What Jesus Meant by Entering the Kingdom as Children

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I am convinced one of the most misunderstood Bible passages is where Jesus tells his disciples, “Truly, I say to you, unless you turn and become like children, you will never enter the kingdom of heaven. Whoever humbles himself like this child is the greatest in the kingdom of heaven” (Matthew 18:3-4) Why would Jesus say we need to enter the kingdom of heaven as children?

I’ve heard many explanations about how children are obedient and respectful, and so we should be the same way towards God. At the risk of sounding like a terrible parent, this simply isn’t how I’d describe my parenting experience. Being a father is the most difficult thing I’ve ever done. Sometimes it’s downright painful. Kids have a way of knowing they’re not in control but they keep grasping for authority.

Don’t we do that same thing to God? We know we aren’t in control, but we grab every opportunity whenever a window cracks open to exert our authority and try to grab control over life. Like the child who wants a suitable explanation for every decision, we keep asking God, “Why? Why? Why?” And if his answers are unacceptable (or if he simply says, “Because I said so.”) then we stomp our feet and look for someone else to tell us what we want to hear.

We don’t enter the kingdom of heaven as children because we have become so gentle and obedient. We enter as children because of our Heavenly Father. To boil it down is this: Christians have been adopted as children of God. This is why Jesus said you must be like a child to enter the kingdom.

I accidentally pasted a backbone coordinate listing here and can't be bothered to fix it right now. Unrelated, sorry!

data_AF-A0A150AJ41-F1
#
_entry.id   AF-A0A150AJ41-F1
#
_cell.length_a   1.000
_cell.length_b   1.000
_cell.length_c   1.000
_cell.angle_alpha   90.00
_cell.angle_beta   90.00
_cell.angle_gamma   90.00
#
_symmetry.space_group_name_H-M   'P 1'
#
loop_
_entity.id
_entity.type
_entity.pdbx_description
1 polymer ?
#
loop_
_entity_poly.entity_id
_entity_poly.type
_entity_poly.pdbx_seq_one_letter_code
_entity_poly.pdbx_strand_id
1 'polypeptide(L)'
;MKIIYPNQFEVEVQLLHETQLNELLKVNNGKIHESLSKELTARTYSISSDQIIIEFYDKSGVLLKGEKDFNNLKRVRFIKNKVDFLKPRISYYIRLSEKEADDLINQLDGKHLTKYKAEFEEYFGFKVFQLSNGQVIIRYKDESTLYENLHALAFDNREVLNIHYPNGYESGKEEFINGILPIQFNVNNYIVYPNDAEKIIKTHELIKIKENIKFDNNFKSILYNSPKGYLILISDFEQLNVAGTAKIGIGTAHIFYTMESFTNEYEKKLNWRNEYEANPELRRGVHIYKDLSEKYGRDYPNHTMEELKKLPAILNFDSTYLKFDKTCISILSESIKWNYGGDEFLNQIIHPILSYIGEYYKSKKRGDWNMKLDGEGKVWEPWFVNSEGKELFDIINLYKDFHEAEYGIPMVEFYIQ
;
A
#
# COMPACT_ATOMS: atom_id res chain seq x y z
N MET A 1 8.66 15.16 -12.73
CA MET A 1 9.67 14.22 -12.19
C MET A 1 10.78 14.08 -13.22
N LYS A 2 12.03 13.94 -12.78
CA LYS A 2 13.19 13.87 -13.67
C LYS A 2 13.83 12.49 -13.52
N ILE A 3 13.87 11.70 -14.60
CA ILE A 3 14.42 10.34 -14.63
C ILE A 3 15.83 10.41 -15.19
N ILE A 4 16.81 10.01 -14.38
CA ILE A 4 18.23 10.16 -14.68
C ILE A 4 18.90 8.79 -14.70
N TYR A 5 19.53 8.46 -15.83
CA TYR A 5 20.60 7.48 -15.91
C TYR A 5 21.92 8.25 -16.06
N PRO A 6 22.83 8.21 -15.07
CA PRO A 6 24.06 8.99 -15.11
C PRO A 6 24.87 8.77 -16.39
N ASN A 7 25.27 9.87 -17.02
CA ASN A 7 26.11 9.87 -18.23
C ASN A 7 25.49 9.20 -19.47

When the disciples tried to keep the children from coming to Jesus, I am convinced that Jesus was urging his disciples to remember their status as disciples had nothing to do with their own importance. The disciples believed they were more important than those kids. But Jesus rebuked them and set them straight. Only those who are children of God will enter the Kingdom of God. It depends on their relationship with the Father, not because of their own value.

Remember, in the ancient world, children had barely any status – their value and importance came from their daddy. The good news of the gospel is this, “But to all who did receive him [Jesus], who believed in his name, he gave the right to become children of God” (John 1:12). Those who lay down their status and declare their only entrance into heaven comes from Jesus Christ their Savior (remember, the end of Mt. 17 emphasizes Jesus as the Son of God)… those are the people who will be given entrance. Salvation isn’t a result of works, it is a gift of grace because you have been adopted as a child of God (Eph 2:8-10).

So next time you hear someone talking about how Jesus wants us to be gentle and cuddly little kids, you can smile to yourself and say, “Yes, we should be that too. But we aren’t. In fact, lots of times we’re pretty disrespectful children. Praise be to God that he’s a gracious Father!”

What We Say to God When we Sin